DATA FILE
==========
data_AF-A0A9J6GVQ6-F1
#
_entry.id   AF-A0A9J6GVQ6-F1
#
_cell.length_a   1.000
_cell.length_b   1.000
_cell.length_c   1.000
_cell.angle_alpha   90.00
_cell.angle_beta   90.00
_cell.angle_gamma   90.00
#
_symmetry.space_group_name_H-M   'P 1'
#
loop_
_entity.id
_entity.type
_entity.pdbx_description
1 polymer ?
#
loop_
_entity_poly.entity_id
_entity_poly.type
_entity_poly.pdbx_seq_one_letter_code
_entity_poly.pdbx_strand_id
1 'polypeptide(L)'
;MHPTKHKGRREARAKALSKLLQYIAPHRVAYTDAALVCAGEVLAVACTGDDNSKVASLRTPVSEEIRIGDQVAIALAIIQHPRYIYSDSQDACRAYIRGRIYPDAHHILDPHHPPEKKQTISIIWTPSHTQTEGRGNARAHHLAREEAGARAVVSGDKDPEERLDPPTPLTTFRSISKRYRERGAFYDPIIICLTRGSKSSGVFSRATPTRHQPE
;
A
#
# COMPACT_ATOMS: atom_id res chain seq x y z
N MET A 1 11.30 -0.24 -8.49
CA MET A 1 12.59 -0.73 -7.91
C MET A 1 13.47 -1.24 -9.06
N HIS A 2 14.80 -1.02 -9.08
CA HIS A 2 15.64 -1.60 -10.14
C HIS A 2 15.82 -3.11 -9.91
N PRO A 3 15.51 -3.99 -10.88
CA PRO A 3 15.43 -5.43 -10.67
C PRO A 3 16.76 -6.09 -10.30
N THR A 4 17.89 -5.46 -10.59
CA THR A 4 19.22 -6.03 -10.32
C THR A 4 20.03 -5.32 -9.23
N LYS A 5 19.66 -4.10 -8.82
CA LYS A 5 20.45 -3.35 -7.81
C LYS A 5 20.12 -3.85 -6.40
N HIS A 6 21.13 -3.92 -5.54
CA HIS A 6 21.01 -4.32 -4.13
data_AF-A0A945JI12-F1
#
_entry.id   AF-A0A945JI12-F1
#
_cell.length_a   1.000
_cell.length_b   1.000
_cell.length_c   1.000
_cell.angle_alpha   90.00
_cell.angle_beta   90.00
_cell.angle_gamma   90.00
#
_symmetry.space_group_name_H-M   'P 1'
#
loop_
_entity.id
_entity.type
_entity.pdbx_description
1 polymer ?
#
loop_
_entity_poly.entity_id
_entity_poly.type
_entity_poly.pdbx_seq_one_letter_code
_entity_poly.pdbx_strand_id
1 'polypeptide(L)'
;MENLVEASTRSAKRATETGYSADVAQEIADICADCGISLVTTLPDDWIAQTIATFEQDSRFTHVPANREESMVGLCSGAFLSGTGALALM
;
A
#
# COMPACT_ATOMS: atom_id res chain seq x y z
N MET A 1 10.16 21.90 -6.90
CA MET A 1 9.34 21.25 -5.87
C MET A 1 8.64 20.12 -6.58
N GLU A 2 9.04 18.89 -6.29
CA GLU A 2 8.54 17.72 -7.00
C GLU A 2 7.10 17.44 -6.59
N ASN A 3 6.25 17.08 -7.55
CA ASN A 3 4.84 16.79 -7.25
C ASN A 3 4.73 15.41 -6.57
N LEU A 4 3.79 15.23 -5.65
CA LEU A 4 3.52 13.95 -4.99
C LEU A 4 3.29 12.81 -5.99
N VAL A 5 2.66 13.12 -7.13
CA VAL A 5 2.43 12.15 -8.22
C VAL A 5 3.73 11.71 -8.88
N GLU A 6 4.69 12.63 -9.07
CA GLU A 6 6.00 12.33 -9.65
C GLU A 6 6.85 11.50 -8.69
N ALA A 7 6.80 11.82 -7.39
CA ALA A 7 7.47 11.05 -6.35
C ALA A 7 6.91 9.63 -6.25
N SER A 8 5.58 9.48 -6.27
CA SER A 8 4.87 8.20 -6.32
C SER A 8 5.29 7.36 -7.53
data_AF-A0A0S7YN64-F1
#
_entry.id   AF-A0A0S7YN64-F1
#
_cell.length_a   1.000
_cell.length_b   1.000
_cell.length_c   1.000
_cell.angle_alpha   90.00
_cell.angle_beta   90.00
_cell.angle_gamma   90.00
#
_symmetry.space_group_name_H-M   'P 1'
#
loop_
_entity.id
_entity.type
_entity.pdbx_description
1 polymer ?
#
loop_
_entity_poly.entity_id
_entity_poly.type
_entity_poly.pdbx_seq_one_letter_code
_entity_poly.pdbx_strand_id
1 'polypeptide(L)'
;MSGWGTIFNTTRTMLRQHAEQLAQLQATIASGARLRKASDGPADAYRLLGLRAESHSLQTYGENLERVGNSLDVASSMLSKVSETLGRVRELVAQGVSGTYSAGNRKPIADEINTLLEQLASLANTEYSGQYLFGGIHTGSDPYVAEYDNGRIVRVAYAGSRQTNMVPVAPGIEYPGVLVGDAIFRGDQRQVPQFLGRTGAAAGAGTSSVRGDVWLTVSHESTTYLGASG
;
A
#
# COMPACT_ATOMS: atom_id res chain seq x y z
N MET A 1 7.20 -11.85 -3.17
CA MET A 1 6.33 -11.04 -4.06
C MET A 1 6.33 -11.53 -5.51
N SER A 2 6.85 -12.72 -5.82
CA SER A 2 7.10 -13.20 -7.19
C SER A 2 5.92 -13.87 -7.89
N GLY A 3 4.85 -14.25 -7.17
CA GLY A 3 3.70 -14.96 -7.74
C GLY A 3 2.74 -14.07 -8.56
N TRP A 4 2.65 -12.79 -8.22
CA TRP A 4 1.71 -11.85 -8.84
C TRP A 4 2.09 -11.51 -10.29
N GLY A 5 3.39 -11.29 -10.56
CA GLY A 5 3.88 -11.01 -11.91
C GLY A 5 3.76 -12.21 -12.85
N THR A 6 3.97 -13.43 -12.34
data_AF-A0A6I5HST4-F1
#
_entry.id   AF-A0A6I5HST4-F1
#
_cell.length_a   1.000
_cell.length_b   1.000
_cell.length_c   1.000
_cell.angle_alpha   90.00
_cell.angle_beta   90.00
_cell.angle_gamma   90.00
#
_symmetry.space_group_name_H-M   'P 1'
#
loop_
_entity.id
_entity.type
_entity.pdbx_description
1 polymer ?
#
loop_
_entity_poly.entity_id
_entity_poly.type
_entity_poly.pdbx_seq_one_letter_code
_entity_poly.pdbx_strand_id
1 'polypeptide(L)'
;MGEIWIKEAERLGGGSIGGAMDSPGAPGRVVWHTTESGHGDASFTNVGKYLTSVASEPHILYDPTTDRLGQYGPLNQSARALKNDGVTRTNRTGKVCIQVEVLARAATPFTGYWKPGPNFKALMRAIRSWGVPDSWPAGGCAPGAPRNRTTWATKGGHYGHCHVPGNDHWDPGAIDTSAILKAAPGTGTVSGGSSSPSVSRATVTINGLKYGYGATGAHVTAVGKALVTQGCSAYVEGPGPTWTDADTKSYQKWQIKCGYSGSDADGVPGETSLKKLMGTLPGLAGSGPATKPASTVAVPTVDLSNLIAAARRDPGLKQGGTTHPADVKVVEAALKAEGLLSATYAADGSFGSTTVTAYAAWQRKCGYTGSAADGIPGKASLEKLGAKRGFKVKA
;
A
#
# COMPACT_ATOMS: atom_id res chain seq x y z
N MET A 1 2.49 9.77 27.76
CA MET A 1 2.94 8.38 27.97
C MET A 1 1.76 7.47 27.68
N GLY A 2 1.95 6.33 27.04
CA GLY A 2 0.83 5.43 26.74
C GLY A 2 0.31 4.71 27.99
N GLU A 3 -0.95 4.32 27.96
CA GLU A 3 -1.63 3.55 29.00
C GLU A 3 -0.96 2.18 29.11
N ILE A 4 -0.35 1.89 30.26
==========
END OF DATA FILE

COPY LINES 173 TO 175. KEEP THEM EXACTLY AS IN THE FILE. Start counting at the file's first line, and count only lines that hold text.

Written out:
;MGEIWIKEAERLGGGSIGGAMDSPGAPGRVVWHTTESGHGDASFTNVGKYLTSVASEPHILYDPTTDRLGQYGPLNQSARALKNDGVTRTNRTGKVCIQVEVLARAATPFTGYWKPGPNFKALMRAIRSWGVPDSWPAGGCAPGAPRNRTTWATKGGHYGHCHVPGNDHWDPGAIDTSAILKAAPGTGTVSGGSSSPSVSRATVTINGLKYGYGATGAHVTAVGKALVTQGCSAYVEGPGPTWTDADTKSYQKWQIKCGYSGSDADGVPGETSLKKLMGTLPGLAGSGPATKPASTVAVPTVDLSNLIAAARRDPGLKQGGTTHPADVKVVEAALKAEGLLSATYAADGSFGSTTVTAYAAWQRKCGYTGSAADGIPGKASLEKLGAKRGFKVKA
;
A